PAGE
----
CCPT is a developmentally responsive, play-based mental health intervention for young children ages 3 to 10 who are experiencing social, emotional, behavioral and relational disorders. CCPT utilizes play, the natural language of children, and therapeutic relationship to provide a safe, consistent therapeutic environment in which a child can experience full acceptance, empathy, and understanding from the counselor and process inner experiences and feelings through play and symbols. In CCPT, a child’s experience within the counseling relationship is the factor that is most healing and meaningful in creating lasting, positive change. Based on person-centered principles, the overarching goal of CCPT is to unleash the child’s potential to move toward integration and self-enhancing ways of being. Child outcomes following CCPT include decreased symptomatic behaviors and improvement in overall functioning.
Treatment Manual and Resources
*** CCPT Treatment Manual available in appendix.
Ray, D. C., Purswell, K., Haas, S., & Aldrete, C. (2017). Child-centered play therapy-research integrity checklist: Development, reliability, and use. International Journal of Play Therapy, 26(4), 207. https://doi.org/10.1037/pla0000046
The CCPT manual is available in English, Chinese, Japanese, Korean, Turkish.
Child-Centered Play Therapy is designated as a promising evidence-based mental health intervention by the Results First Clearinghouse (NREPP) and the California Evidence-Based Clearinghouse for Child Welfare (CEBC).
Randomized Controlled Trials and Quasi-experimental Studies
(Mental Health Focus)
Blalock, S. M., Lindo, N., & Ray, D. C. (2019). Individual and group child‐centered play therapy: Impact on social‐emotional competencies. Journal of Counseling & Development, 97(3), 238–249. https://doi.org/10.1002/jcad.12264
Bratton, S. C., Ceballos, P.L., Sheely-Moore, A.I., Meany-Walen, K., Pronchenko, Y. & Jones, L.D. (2013). Head start early mental health intervention: Effects of child-centered play therapy on disruptive behaviors. International Journal of Play Therapy 22(1): 28–42. https://doi.org/10.1037/a0030318
Cochran, J. L., & Cochran, N. H. (2017). Effects of child-centered play therapy for students with highly-disruptive behavior in high-poverty schools. International Journal of Play Therapy, 26(2), 59–72. https://doi.org/10.1037/pla0000052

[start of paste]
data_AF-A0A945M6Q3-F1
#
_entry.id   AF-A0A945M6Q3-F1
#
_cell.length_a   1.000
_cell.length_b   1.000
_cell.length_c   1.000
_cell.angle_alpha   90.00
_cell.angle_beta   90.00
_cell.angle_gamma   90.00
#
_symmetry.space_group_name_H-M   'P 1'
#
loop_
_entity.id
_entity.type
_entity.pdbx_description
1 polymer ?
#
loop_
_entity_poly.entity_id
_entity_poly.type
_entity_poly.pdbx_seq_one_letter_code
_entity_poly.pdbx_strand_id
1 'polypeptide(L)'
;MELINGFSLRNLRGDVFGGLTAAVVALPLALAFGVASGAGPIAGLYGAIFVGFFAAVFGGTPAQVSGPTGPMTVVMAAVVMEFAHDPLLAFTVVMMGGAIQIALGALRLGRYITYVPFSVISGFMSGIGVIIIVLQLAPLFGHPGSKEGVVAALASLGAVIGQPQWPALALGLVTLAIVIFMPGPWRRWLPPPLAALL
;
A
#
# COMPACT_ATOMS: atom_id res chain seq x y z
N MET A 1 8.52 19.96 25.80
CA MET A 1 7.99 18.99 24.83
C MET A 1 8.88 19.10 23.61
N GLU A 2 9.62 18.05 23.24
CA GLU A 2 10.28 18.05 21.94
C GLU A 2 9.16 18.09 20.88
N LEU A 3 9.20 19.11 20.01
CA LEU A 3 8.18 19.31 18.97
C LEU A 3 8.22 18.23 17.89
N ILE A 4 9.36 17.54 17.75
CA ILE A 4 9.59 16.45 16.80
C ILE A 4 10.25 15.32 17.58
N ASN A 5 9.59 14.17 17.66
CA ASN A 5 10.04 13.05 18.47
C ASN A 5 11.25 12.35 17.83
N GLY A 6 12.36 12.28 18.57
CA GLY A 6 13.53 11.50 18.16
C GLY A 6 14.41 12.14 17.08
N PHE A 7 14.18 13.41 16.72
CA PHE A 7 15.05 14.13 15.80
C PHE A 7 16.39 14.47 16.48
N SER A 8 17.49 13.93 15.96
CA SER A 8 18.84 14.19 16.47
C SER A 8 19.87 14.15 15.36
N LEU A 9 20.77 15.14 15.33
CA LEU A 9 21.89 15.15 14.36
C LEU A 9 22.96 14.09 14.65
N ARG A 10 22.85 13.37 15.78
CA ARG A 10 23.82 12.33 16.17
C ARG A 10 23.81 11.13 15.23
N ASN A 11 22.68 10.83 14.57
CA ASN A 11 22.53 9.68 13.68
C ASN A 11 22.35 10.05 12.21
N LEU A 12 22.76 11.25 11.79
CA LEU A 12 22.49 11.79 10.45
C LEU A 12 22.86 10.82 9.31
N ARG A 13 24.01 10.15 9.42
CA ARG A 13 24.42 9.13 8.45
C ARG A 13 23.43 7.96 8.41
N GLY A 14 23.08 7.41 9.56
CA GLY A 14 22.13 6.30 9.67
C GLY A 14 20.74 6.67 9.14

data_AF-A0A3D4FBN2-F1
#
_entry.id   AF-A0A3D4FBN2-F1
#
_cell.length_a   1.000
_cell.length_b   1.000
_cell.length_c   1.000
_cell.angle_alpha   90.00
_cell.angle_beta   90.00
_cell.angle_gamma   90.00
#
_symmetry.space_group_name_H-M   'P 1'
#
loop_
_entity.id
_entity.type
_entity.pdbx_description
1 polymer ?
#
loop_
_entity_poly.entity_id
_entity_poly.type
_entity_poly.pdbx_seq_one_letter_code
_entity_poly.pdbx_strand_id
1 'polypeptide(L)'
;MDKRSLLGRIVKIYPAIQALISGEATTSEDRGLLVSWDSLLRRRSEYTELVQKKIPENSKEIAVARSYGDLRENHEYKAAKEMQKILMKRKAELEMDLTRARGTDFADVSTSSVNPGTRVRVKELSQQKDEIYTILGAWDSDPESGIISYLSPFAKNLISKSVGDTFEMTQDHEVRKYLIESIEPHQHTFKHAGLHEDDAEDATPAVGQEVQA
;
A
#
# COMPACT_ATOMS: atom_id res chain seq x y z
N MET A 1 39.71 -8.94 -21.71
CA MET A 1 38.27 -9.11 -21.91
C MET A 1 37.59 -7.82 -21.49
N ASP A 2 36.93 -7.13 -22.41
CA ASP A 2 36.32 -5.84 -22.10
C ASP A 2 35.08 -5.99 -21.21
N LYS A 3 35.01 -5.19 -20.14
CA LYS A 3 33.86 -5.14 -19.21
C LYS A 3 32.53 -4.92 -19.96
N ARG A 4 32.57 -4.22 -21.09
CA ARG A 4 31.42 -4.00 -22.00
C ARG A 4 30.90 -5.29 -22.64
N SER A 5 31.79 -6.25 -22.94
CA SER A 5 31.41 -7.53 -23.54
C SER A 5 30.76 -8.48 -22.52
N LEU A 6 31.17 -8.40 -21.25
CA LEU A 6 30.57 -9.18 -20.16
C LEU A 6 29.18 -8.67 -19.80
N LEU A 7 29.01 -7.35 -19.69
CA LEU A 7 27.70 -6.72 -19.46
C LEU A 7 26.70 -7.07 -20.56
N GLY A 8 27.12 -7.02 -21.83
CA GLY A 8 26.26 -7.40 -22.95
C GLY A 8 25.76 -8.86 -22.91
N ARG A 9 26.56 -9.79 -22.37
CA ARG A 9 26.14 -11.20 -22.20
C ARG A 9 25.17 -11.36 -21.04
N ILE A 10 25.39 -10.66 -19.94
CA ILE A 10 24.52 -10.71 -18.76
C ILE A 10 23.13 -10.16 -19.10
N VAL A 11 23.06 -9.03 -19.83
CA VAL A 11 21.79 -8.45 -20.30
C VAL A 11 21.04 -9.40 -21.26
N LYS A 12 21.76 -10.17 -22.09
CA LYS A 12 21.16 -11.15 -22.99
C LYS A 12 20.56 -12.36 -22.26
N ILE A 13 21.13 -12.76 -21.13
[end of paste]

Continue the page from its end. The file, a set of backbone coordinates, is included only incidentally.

Garza, Y., & Bratton, S. C. (2005). School-Based Child-Centered Play Therapy with Hispanic Children: Outcomes and Cultural Consideration. International Journal of Play Therapy, 14(1), 51–80. https://doi.org/10.1037/h0088896
Kot, S., Landreth, G. L., & Giordano, M. (1998). Intensive child-centered play therapy with child witnesses of domestic violence. International Journal of Play Therapy, 7(2), 17–36. https://doi.org/10.1037/h0089421
Post, P. (1999). Impact of child-centered play therapy on the self-esteem, locus of control, and anxiety of at-risk 4th, 5th, and 6th grade students. International Journal of Play Therapy, 8(2), 1–18. https://doi.org/10.1037/h0089428
Ray, D. C., Blanco, P. J., Sullivan, J. M., & Holliman, R. (2009). An exploratory study of child-centered play therapy with aggressive children. International Journal of Play Therapy, 18(3), 162–175. https://doi.org/10.1037/a0014742
Ray, D. C., Schottelkorb, A., & Tsai, M.-H. (2007). Play therapy with children exhibiting symptoms of attention deficit hyperactivity disorder. International Journal of Play Therapy, 16(2), 95–111. https://doi.org/10.1037/1555-68188.8.131.52
Ray, D. C., Stulmaker, H. L., Lee, K. R., & Silverman, W. K. (2013). Child-centered play therapy and impairment: Exploring relationships and constructs. International Journal of Play Therapy, 22(1), 13–27. https://doi.org/10.1037/a0030403
Ritzi, R. M., Ray, D. C., & Schumann, B. R. (2017). Intensive short-term child-centered play therapy and externalizing behaviors in children. International Journal of Play Therapy, 26(1), 33–46. https://doi.org/10.1037/pla0000035
Schottelkorb, A. A., Swan, K. L., & Ogawa, Y. (2020). Intensive child‐centered play therapy for children on the autism spectrum: A pilot study. Journal of Counseling & Development, 98(1), 63–73. https://doi.org/10.1002/jcad.12300
Stulmaker, H. L., & Ray, D. C. (2015). Child-centered play therapy with young children who are anxious: A controlled trial. Children and Youth Services Review, 57, 127–133. https://doi.org/10.1016/j.childyouth.2015.08.005
Wilson, B., & Ray, D. (2018). Child‐centered play therapy: Aggression, empathy, and self‐regulation. Journal of Counseling & Development, 96(4): 399–409. https://doi.org/10.1002/jcad.12222
The UNT Center for Play Therapy offers Child-Centered Play Therapy (CCPT) training according to the evidence-based model recognized by the California Evidence-Based Clearinghouse for Child Welfare and Results First Clearinghouse. Training in the evidence-based model of CCPT requires following approved treatment protocols. The UNT Center for Play Therapy advises therapists to consider where they seek CCPT training as some trainings do not teach according to the evidence-based model. For more information on the recognized protocols and training, search Child-Centered Play Therapy at CEBC or PEW.